The biological titer of the LVs carrying the eGFP reporter was analyzed by transduction of HEK 293T cells followed by flow cytometry and IP/ml were calculated as previously described . For analyzing the physical titers of the LV containing solutions either the HIV-1 p24 Antigen ELISA from Zeptometrix Corporation (Buffalo, NY, USA) was used to measure the amount of the lentiviral p24 capsid protein according to the manufacturer's instructions or QRTPCR was applied to determine the viral RNA genome . For calculating the viral particles per ml (VP/ml) from p24 concentration the following term was used according to manufacturer's manual: VP/ml = pg p24/ml × 10,000. Measurements were each done from different dilutions of LV preparations. To establish a calibration curve for QRTPCR measurements the lentiviral plasmid rrl-CMV-GFP (Figure 1A) of known concentration (measured by spectrophotometry) was used and standards were generated by applying 10-fold serial dilutions. The number of DNA molecules was each determined by including molecular weight of the plasmid, Avogadro constant and dilution factor. The plasmid was amplified by QRTPCR using specific TaqMan® primers for lateRT (for: 5'-TGTGTGCCCGTCTGTTGTGT-3'; rev: 5'-GAGTCCTGCGTCGAGAGAGC-3') and lateRT probe (5'-FAM-CAGTGGCGCCCGAACAGGGA-BHQ1-3'). Ct values measured were plotted against the number of plasmid DNA molecules and a standard curve was generated (Additional file 5, Figure S5). Ct values were determined at least in triplet. For measurement of samples RNA was isolated from the concentrated LV preparations by use of mirVana™ miRNA Isolation Kit according to the manufacturer's instructions (Applied Biosystems, Carlsbad, CA, USA). RNA was transcribed into cDNA using Transcriptor First Strand cDNA Synthesis Kit from Roche Diagnostics (Mannheim, Germany) according to the manual. QRTPCR was then performed with TaqMan® probe and primers as described before. By using the calibration curve the viral particles per ml were calculated from the Ct values considering the diploid lentiviral RNA genome. Measurements were each done in triplet from three different dilutions of LV preparations.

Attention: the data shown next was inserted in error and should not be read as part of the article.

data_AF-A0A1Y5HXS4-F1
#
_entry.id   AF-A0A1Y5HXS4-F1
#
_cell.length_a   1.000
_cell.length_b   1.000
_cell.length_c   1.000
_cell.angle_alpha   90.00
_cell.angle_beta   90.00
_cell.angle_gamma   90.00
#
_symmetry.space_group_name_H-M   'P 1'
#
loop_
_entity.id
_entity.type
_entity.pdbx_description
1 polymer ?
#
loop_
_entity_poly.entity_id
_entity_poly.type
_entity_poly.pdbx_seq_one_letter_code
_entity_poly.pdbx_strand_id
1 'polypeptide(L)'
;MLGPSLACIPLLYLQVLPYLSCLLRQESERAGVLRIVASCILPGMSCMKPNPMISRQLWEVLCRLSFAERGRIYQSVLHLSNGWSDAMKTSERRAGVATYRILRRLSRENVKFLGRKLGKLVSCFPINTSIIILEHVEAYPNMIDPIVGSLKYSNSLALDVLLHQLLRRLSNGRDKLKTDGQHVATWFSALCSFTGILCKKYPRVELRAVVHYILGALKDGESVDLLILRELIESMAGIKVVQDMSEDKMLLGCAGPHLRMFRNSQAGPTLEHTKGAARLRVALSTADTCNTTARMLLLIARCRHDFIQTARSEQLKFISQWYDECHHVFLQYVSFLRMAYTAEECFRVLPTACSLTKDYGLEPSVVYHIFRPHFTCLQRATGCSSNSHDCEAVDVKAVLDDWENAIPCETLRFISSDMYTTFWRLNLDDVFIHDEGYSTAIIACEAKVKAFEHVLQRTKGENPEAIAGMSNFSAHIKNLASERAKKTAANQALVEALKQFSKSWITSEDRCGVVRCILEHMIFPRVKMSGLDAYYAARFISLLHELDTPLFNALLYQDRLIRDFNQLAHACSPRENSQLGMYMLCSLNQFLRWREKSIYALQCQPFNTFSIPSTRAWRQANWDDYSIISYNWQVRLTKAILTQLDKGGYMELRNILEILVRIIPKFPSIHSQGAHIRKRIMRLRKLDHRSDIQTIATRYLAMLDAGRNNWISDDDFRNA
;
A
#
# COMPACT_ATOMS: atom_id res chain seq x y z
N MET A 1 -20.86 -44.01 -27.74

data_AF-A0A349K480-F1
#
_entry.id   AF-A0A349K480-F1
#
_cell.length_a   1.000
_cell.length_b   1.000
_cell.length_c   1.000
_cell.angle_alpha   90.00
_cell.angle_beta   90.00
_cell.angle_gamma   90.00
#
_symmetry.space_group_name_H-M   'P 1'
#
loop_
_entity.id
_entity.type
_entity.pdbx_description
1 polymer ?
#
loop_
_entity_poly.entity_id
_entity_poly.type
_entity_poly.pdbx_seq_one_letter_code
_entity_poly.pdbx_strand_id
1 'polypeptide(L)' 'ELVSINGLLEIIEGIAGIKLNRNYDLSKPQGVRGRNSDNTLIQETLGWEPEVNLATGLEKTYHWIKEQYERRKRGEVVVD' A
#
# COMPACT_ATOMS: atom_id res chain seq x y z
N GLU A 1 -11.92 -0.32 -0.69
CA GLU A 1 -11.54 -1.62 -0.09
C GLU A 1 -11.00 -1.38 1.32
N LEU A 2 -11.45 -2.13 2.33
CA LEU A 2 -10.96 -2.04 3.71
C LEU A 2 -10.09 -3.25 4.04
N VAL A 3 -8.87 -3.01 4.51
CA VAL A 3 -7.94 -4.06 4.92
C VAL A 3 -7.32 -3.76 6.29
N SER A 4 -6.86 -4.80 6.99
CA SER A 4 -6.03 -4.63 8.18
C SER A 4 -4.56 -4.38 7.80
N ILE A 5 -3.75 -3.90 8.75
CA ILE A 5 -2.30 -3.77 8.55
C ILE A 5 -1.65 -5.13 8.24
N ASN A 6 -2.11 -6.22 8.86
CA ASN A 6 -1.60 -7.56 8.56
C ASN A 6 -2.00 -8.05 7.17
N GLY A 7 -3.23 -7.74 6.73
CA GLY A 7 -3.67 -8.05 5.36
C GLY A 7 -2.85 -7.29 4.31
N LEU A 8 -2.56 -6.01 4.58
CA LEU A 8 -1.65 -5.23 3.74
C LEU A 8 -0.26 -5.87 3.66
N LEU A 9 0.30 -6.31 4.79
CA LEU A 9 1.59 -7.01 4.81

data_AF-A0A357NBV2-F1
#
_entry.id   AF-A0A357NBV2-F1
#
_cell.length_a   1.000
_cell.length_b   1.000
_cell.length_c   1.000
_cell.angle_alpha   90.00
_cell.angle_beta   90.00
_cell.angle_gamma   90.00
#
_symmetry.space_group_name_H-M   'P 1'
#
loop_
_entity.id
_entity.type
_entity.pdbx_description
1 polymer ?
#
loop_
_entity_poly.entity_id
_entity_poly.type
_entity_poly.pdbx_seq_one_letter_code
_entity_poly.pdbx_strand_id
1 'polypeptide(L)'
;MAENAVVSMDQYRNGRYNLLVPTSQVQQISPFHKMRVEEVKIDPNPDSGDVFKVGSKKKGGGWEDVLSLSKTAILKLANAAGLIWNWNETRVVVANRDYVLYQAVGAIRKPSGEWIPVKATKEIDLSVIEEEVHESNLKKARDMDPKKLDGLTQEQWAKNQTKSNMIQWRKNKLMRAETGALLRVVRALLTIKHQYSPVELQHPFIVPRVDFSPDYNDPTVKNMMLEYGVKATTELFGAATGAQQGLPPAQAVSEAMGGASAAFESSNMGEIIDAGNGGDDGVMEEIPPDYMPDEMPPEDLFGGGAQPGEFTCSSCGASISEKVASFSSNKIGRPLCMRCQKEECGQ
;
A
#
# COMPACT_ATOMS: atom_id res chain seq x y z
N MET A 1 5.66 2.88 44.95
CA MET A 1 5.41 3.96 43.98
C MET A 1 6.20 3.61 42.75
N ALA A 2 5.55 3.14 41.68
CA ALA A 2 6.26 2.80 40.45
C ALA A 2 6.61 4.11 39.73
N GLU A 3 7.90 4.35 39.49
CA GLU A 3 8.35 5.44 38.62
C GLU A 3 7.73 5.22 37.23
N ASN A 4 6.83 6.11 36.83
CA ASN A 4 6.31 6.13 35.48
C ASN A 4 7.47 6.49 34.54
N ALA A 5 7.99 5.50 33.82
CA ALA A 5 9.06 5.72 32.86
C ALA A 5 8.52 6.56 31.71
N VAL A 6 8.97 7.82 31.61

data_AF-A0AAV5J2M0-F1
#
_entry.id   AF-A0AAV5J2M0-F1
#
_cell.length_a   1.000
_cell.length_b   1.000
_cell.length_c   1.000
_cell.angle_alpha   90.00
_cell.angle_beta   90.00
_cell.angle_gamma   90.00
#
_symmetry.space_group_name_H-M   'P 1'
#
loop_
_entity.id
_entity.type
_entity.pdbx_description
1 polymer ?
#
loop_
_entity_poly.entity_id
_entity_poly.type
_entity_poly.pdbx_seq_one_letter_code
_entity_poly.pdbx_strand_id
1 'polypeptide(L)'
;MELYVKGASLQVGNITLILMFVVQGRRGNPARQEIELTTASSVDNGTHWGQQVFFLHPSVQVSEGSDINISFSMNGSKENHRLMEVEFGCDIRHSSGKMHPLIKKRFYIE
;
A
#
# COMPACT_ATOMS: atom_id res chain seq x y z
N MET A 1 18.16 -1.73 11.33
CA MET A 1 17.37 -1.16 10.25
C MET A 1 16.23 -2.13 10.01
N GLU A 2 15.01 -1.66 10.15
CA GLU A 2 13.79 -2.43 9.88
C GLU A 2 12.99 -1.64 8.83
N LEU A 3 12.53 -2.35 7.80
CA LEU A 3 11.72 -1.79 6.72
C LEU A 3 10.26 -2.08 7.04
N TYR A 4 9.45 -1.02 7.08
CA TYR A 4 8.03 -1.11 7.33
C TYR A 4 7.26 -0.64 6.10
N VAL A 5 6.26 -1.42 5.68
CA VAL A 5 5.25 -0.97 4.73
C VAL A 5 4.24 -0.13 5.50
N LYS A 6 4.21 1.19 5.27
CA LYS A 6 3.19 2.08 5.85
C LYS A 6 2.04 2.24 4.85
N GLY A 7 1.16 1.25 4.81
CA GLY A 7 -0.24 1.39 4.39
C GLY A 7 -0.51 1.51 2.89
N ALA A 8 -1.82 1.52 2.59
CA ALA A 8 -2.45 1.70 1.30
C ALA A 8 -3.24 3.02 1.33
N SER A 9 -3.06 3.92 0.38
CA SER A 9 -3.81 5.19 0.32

In case of oncoretroviral particles the C-type RT-activity kit from Cavidi AB (Uppsala, Sweden) was used to analyze the activity of viral reverse transcriptase. Procedure was performed from different sample dilutions according to the manufacturer's manual. Reverse transcriptase activity was measured colorimetric in mu/ml.
Protein gel electrophoresis and Western blot analysis
For analysis of protein content LV containing fractions were loaded onto SDS-protein gel and coomassie blue stained . For detecting viral particles via Western blot analysis antibody against lentiviral capsid protein p24 was used. Viral particles containing fractions were applied to SDS-protein gel and immunoblotting on a PVDF-membrane was performed. Blocking of membrane was achieved with 5% (w/v) skimmed milk powder in PBS (phosphate buffered saline). Polyclonal antibody to HIV1 p24 (abcam, Cambridge, UK) was applied 1:2,000 in TBS (Tris-buffered saline) with 1% (v/v) Tween20 (TBST) for 2 h at room temperature. After washing, peroxidase-conjugated second antibody Anti-Rabbit IgG (0.8 mg/ml; dianova, Hamburg, Germany) was used 1:10,000 in TBST (1 h at room temperature). For imaging, chemiluminescent substrate for horseradish peroxidase (Thermo Fisher Scientific, Waltham, MA, USA) was applied.
Agarose gel electrophoresis